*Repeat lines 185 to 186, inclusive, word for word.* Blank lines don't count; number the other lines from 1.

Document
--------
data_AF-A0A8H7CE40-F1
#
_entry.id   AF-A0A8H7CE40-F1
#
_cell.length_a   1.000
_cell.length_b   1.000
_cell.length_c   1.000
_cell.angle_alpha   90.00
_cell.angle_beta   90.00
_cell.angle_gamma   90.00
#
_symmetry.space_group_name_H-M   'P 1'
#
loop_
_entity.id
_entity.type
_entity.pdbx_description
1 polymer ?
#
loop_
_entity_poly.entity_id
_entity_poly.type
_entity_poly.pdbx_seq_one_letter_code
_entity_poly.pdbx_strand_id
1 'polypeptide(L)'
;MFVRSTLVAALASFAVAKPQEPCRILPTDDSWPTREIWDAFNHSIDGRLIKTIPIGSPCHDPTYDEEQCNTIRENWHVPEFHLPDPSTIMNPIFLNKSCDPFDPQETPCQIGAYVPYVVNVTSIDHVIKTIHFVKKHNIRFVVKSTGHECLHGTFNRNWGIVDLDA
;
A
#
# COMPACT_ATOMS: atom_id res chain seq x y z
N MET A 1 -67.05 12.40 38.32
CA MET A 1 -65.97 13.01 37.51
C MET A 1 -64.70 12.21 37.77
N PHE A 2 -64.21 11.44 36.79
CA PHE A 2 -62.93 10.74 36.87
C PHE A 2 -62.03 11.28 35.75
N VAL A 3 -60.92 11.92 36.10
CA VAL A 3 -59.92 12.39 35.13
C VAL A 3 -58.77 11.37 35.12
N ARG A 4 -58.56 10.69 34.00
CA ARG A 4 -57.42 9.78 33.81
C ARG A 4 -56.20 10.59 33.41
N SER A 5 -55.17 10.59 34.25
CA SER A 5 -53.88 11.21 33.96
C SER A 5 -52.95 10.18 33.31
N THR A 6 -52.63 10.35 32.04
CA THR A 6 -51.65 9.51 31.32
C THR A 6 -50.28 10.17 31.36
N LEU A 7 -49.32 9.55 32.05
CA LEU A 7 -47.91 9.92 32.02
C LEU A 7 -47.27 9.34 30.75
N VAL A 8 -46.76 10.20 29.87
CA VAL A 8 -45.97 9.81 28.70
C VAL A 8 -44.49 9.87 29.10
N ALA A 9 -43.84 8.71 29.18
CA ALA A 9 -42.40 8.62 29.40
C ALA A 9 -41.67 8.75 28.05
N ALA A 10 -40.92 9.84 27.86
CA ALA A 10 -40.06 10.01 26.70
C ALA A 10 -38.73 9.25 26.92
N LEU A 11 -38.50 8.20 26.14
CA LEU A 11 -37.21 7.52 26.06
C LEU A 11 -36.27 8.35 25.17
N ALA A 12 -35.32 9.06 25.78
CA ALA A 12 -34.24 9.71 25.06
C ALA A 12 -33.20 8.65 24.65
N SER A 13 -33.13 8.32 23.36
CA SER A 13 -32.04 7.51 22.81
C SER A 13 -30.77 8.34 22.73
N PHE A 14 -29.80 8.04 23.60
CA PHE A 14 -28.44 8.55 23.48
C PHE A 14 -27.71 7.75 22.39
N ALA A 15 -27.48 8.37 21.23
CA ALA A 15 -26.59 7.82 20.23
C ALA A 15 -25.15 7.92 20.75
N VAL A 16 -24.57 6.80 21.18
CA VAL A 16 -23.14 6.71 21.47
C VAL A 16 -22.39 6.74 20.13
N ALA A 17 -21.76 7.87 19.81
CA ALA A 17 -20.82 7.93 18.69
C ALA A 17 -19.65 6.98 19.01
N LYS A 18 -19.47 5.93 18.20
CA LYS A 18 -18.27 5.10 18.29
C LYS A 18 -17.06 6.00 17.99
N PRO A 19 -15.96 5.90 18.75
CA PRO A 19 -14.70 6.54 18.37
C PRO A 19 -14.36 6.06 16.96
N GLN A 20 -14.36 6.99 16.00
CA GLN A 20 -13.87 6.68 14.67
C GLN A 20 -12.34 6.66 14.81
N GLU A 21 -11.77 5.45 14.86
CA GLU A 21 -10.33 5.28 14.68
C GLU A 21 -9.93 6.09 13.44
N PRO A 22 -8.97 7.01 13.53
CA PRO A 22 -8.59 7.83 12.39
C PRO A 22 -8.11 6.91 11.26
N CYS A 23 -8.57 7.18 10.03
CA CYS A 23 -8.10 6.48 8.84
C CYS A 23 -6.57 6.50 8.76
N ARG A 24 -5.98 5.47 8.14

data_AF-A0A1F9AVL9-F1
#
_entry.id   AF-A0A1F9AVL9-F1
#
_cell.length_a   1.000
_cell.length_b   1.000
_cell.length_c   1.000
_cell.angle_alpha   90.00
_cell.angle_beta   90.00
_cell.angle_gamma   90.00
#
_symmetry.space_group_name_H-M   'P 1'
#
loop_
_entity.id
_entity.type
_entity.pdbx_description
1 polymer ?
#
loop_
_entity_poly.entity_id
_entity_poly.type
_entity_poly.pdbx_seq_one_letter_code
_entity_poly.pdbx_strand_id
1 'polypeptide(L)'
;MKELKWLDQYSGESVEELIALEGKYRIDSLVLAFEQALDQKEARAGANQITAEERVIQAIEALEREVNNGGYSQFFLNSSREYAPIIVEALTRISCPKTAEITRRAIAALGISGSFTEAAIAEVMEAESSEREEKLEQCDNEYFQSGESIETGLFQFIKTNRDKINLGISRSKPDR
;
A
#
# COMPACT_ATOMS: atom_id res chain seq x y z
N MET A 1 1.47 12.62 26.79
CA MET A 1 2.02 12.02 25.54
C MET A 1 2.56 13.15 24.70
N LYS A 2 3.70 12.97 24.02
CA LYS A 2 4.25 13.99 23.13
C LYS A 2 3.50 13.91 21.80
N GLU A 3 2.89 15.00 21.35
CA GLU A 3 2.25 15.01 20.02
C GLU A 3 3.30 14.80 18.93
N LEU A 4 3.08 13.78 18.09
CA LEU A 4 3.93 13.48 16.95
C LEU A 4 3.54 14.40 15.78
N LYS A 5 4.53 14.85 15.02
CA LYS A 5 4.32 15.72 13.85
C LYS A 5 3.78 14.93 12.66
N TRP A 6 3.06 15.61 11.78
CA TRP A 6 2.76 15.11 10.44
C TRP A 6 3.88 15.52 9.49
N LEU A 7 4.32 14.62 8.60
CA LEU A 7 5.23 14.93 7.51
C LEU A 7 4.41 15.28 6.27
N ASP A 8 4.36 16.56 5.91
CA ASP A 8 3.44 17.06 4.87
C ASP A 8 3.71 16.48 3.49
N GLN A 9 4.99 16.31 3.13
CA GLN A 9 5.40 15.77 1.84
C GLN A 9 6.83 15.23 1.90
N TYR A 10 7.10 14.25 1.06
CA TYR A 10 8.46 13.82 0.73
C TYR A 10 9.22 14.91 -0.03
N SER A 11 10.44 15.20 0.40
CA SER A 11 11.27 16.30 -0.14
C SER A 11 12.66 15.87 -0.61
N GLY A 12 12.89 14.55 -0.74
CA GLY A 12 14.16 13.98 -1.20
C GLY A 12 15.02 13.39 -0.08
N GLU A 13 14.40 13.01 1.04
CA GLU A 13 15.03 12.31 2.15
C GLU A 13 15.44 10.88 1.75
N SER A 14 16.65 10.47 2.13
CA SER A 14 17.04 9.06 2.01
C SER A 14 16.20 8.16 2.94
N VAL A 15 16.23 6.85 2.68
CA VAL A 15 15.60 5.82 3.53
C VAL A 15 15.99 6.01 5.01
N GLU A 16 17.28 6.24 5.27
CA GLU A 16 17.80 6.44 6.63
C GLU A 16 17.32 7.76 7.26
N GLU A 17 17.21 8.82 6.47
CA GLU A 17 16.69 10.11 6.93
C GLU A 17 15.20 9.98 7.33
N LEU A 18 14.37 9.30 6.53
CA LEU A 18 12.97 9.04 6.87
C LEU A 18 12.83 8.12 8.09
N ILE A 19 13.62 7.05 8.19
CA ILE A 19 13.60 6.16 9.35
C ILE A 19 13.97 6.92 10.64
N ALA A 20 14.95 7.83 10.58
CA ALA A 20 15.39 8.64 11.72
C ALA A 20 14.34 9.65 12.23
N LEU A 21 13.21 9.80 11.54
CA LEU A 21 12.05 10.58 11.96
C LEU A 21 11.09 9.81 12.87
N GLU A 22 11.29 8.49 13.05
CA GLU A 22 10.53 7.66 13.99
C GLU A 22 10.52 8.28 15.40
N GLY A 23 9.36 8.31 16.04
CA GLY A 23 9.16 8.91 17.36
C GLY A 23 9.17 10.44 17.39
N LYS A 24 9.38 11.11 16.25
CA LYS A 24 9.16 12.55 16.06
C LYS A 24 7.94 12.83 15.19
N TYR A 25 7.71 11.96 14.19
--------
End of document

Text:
N ILE A 19 13.62 7.05 8.19
CA ILE A 19 13.60 6.16 9.35